Jeans, ini­tially as­so­ci­ated with­wit dis­rep­uta­bles like Dean’s misun­der­stood char­act char­ac­ter Jim Stark, were soon worn by all teen so­cial groups.groups “You look at Bi­ble class pho­tos from the 50s and 60s, and a lot of the kids are wear­ing jeans. “My so­cial group had an anti-style,”anti re­calls Brick­ell, who was at high school in the 1980s. “It was a non-style of bits and pieces you got from Hal­len­stein­sHalle or wher­ever.” Like many young New Zeala Zealan­ders, he wore a uni­for­mu­nif to school, but there werewer par­tic­u­lar quirks to theth way the cool kids worewo theirs, which were adoptedado by other stu­dents.

“Truth is, there weren’t many places I could wear a mid-1970s im­i­ta­tion de­signer denim coat in my so­cial world.”

“Our school had a uni­form with long socks but the boys would never, ever – ever – un­der any cir­cum­stances pull them up.” Sim­i­larly, there were un­writ­ten rules around what was ac­cept­able mufti-day fash­ion. “I have this rather em­bar­rass­ing mem­ory of wear­ing this two-tone green blousy top thing to a mufti day in the Hutt Val­ley in the 80s and be­ing laughed at. [An­other time] I got shit for wear­ing [a puffer jacket] zipped all the way to the top.” For the four Watkin sis­ters grow­ing up in Palmer­ston North in the 60s and 70s, the fash­ion fo­cus was on ac­quir­ing store-bought cloth­ing – any­thing made by their mother, a pro­fes­sional milliner, was con­sid­ered naff. “It was as much what you didn’t wear as what you did, which made for ex­haust­ing times so­cially,” re­mem­bers el­dest sis­ter Deb­bie, a psy­chol­o­gist. Her must-have list changed over the years, from bell bot­tom pants and “preggy” flo­ral tops with long, droopy col­lars to scrunchie hair ties, bush shirts and the clas­sic oil­skin parka, well worn-in. Her cousin Ch­eryl Com­fort, a Christchurch web de­signer, also cov­eted an oil­skin parka, and waited for one to cy­cle through two sis­ters. “It was ripped and cool by the time I got it.” Com­fort re­calls a golden fash­ion mo­ment from 1976 – a snap­shot of tri­umph – when she rocked up to a pri­mary school disco in a zip-up denim pantsuit. “I must have felt good,” she says, “be­cause I still re­mem­ber it.” Watkin says: “I seemed to ac­quire quite a few of these cool items of cloth­ing. I can’t re­call if this was be­cause I was def­i­nitely on the outer and a so­cial clim­ber, or if these things got me into the in­ner cir­cle and so I needed to keep get­ting them just to re­main there. But I do re­mem­ber how vig­i­lant I was.”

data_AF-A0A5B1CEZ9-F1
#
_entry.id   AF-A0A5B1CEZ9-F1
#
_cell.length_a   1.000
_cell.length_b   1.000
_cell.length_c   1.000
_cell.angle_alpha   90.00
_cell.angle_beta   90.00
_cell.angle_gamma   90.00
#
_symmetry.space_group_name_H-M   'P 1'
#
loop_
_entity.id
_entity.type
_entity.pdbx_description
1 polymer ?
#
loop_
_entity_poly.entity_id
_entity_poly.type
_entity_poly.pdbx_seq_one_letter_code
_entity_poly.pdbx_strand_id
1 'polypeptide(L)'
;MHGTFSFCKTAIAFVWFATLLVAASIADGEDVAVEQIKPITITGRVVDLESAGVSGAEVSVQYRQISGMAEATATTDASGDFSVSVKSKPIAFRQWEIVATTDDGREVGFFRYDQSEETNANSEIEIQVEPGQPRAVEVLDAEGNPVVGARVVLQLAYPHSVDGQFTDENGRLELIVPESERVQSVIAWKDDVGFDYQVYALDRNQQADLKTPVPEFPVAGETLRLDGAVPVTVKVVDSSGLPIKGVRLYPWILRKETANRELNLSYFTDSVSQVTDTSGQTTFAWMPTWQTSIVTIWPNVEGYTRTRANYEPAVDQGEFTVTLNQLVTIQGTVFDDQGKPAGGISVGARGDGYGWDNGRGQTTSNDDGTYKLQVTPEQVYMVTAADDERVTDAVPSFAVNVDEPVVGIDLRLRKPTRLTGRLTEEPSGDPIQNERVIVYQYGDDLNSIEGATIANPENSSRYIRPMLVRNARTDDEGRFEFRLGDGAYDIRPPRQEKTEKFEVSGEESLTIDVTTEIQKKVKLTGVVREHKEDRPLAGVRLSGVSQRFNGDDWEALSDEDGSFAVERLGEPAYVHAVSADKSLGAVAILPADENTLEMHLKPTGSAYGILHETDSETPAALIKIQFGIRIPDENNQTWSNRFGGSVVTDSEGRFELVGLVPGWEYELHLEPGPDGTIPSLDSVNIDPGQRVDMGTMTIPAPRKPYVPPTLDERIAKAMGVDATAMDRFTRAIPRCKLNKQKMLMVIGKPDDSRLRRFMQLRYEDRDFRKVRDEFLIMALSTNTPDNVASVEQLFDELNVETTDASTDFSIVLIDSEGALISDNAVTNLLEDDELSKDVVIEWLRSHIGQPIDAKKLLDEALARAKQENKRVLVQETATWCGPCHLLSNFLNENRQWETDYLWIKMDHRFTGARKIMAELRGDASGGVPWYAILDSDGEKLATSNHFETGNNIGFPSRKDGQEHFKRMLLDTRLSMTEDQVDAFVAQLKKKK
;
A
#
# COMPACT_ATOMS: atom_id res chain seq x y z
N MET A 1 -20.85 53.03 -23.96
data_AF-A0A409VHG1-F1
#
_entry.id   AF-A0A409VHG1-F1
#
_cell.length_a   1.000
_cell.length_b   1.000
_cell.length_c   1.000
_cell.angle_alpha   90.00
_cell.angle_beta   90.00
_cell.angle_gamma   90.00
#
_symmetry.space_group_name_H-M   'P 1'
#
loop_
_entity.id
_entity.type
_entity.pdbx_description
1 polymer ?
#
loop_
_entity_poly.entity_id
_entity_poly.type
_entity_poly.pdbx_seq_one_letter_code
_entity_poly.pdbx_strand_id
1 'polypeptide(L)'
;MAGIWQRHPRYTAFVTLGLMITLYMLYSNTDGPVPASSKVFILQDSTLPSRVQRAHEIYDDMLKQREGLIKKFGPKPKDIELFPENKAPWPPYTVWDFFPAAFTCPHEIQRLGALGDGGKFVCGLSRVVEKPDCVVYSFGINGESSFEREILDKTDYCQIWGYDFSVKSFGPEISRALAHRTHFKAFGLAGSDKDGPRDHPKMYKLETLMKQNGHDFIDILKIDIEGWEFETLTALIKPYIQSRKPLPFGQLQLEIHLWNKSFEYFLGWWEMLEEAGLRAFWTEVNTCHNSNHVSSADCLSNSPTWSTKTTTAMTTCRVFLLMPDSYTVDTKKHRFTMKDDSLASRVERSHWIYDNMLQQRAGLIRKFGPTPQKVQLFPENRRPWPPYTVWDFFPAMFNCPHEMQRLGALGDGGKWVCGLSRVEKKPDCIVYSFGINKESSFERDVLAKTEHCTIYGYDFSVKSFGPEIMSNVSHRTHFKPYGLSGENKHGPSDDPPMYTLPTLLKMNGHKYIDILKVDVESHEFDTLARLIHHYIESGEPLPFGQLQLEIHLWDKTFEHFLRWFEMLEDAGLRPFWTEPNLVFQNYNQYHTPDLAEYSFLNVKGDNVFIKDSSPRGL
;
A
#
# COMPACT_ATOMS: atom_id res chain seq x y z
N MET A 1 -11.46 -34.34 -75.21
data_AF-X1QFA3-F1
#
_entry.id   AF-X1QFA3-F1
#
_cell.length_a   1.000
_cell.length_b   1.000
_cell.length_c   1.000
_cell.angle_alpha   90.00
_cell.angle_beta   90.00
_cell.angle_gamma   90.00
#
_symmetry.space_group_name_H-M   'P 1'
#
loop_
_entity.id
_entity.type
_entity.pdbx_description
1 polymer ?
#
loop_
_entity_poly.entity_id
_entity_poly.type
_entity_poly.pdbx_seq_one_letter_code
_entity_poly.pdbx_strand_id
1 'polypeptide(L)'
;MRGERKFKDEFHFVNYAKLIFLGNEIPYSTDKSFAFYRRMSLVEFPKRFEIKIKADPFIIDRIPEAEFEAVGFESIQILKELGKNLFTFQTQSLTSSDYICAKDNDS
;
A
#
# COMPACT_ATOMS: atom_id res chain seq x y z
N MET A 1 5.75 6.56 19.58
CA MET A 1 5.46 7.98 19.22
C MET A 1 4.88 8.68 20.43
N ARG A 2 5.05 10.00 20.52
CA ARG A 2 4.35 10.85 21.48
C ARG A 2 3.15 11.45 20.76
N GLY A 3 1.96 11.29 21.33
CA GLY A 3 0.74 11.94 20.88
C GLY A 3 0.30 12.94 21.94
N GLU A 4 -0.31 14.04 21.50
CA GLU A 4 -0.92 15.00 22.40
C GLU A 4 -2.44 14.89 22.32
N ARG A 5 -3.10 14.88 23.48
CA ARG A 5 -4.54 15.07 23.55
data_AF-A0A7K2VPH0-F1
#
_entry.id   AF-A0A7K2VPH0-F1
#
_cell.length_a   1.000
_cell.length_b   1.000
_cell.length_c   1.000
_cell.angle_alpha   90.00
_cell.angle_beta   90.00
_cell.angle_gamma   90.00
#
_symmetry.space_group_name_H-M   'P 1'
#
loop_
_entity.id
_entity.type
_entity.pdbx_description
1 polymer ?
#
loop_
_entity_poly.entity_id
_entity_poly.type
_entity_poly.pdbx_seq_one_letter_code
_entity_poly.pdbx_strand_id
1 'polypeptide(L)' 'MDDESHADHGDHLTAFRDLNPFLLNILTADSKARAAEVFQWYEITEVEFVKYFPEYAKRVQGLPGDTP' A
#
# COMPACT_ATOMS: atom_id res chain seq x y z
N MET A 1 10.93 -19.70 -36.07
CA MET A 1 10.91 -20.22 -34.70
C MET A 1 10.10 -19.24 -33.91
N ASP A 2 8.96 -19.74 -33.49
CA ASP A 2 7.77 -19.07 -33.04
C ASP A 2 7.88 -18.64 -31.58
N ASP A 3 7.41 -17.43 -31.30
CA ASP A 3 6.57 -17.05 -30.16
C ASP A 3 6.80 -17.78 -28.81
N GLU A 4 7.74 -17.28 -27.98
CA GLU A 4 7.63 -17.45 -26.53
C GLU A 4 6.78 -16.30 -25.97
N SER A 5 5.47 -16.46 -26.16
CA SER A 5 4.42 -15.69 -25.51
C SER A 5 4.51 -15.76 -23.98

Phar­ma­cist Sarah Syme, who grew up in North­land, re­mem­bers her im­pa­tience to get her hands on a flouncy multi-lay­ered skirt (sis­ter to the beloved bub­ble skirt) that was pop­u­lar in the late 80s.

“Mum made me one in pink. I can re­mem­ber hound­ing her to fin­ish it, stand­ing over her while she put the last stitches in be­fore whip­ping it away from her, slip­ping it on and skip­ping out the door to the movies.”

While the feel­ing of hav­ing the right item at the right time was price­less, as the ads say, get­ting it wrong was ex­cru­ci­at­ing and this pres­sure for au­then­tic­ity seemed to grow with each pass­ing year.

While 8-year-old me was quite happy with home­made knicker­bock­ers (bur­gundy, of­ten paired with a fluffy pink top that looked like the Pink Pan­ther’s pelt), 14-year-old me was dis­ap­pointed by my mother’s knit­ted colour-block jer­sey and wore it un­der duress.

“The worst thing was get­ting called out for hav­ing a knock off,” says dancer Rhi­an­non Fair­less, who was teenager in the late 2000s. “Note to tween self: don’t think you can get away with buy­ing pseudo Louis Vuit­ton from Thai­land.”

Tour guide Natalie Watkin-Ward says: “I def­i­nitely made the mis­take of try­ing to get away with knock­offs, par­tic­u­larly in high school. I re­mem­ber a rather tragic pink and black ‘Von Dutch’ back­pack bought off Trade Me that did not see me be­come ef­fort­lessly cool.”

The same is true for adults – the mark­ers of cool still are there (Deadly Pony hand­bags are where it’s at in my world) and de­pend­ing on your so­cial cir­cle, ad­her­ing to the rules can be as im­por­tant as it was when you were 12.

Which is com­fort­ing, dis­ap­point­ing and ex­haust­ing all at once.

“It was as much what you didn’t wear as what you did, which made for ex­haust­ing times so­cially.”

Dress to find your tribe: from 8 up Docs to Swatch watches and rain­bow belts, each era had a must-have.